Catlin: Covid-19 undoubtedly impacted betting behaviour, as it did in most global markets but as explained above, other key factors also influenced this growth and allowed it to be sustainable – not just a matter of pandemic echoes that will eventually dim.
According to Regulus Partners, Portugal’s run-rate revenue is now almost double that of Spain on a per capita basis. Has it become a bigger market than its neighbour?
Catlin: At this point, the numbers do indeed show that Portugal is a bigger market than Spain per capita, but given Spain’s overall size and scope, there is a lot of room for future growth in Spain as the market continues to mature.
Ivo: Portugal will always be very important to me personally and to us as a company. I’ve worked in the market for a long time now, for a number of companies and as a consultant for the regulator. The way the market has evolved has ensured Sportingtech is now getting far more opportunities.
We have several very interesting deals in the pipeline with international renowned operators looking to enter in Portugal, for instance. I wouldn’t say that the market is bigger than Spain; it is different. Spain has a much bigger population, which naturally affects the size of the market. Importantly, however, Portugal has far fewer restrictions on advertising, which is advantageous to operators.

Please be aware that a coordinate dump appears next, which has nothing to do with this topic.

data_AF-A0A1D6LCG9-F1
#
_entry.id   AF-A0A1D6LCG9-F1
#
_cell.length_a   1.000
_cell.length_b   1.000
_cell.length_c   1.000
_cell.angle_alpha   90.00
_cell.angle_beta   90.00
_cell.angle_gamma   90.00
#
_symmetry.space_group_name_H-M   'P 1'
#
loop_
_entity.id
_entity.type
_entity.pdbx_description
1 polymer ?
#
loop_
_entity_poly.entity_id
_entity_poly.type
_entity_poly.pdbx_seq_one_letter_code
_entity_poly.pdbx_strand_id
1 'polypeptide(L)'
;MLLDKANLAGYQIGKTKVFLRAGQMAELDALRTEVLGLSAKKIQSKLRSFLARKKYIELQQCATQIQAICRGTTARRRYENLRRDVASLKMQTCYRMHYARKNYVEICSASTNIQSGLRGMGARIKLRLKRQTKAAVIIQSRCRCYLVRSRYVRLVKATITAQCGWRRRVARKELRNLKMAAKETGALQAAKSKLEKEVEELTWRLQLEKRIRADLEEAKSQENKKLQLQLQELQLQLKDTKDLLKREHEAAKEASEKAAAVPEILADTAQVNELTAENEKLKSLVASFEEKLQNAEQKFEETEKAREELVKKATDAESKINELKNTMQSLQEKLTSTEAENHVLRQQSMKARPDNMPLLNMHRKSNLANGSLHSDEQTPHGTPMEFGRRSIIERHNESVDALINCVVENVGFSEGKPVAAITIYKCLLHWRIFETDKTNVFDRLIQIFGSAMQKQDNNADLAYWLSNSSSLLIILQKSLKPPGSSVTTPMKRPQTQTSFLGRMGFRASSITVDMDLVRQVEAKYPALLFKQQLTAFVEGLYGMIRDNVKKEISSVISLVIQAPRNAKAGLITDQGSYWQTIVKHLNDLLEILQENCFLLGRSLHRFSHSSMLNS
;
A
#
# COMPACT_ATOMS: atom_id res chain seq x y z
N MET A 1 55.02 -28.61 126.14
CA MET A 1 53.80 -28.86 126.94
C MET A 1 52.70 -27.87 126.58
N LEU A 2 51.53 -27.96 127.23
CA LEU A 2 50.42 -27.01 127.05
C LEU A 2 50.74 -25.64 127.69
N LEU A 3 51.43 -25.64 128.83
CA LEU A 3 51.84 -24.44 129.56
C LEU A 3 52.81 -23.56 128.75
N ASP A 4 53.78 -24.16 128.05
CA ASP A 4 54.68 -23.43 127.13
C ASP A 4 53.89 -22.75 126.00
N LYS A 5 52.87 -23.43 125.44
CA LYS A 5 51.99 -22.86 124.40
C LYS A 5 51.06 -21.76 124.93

It’s all about how they position their brands. Spain is a very stable and well-regulated, so both are very important to us. But, maybe with a touch of bias, I am particularly excited about Portugal’s potential to grow.
Maria: Spain is a bigger and more mature market than Portugal and I expect that it will continue to outperform its smaller neighbour. The Spanish market has suffered a recent decline because of advertising restrictions and tighter responsible gaming policies that have been introduced in the country.
In every regulated market, operators and suppliers must be ready for rules to change and be agile in adapting to the new circumstances. I expect this will be the case in Spain and the market will stabilise again once the dust has settled.
In 2020, Portugal removed its higher rates of tax for betting and gaming. Is this likely to remain the case in the long-term?
Catlin: I do think that the tax rates will remain the same. The market needs predictability and stability and what we’ve seen is that current fiscal measures suit the market well and have been largely accepted, so it works and there’s no reason for this to be changed.
There is also a high level of importance applied to responsible gambling, which bodes well for the reputation and image of the industry in the country. General operating conditions are favourable too, with marketing options available to companies in terms of advertising. The market is currently very balanced and for the industry, it is hoped this remains the case.
What’s key to capturing Portugal’s domestic betting audience?
Maria: The most popular form of gambling in the Portuguese market is sports betting and especially football. Regarding casino games, the best performing content is classic slots and traditional games such as Roulette and Blackjack.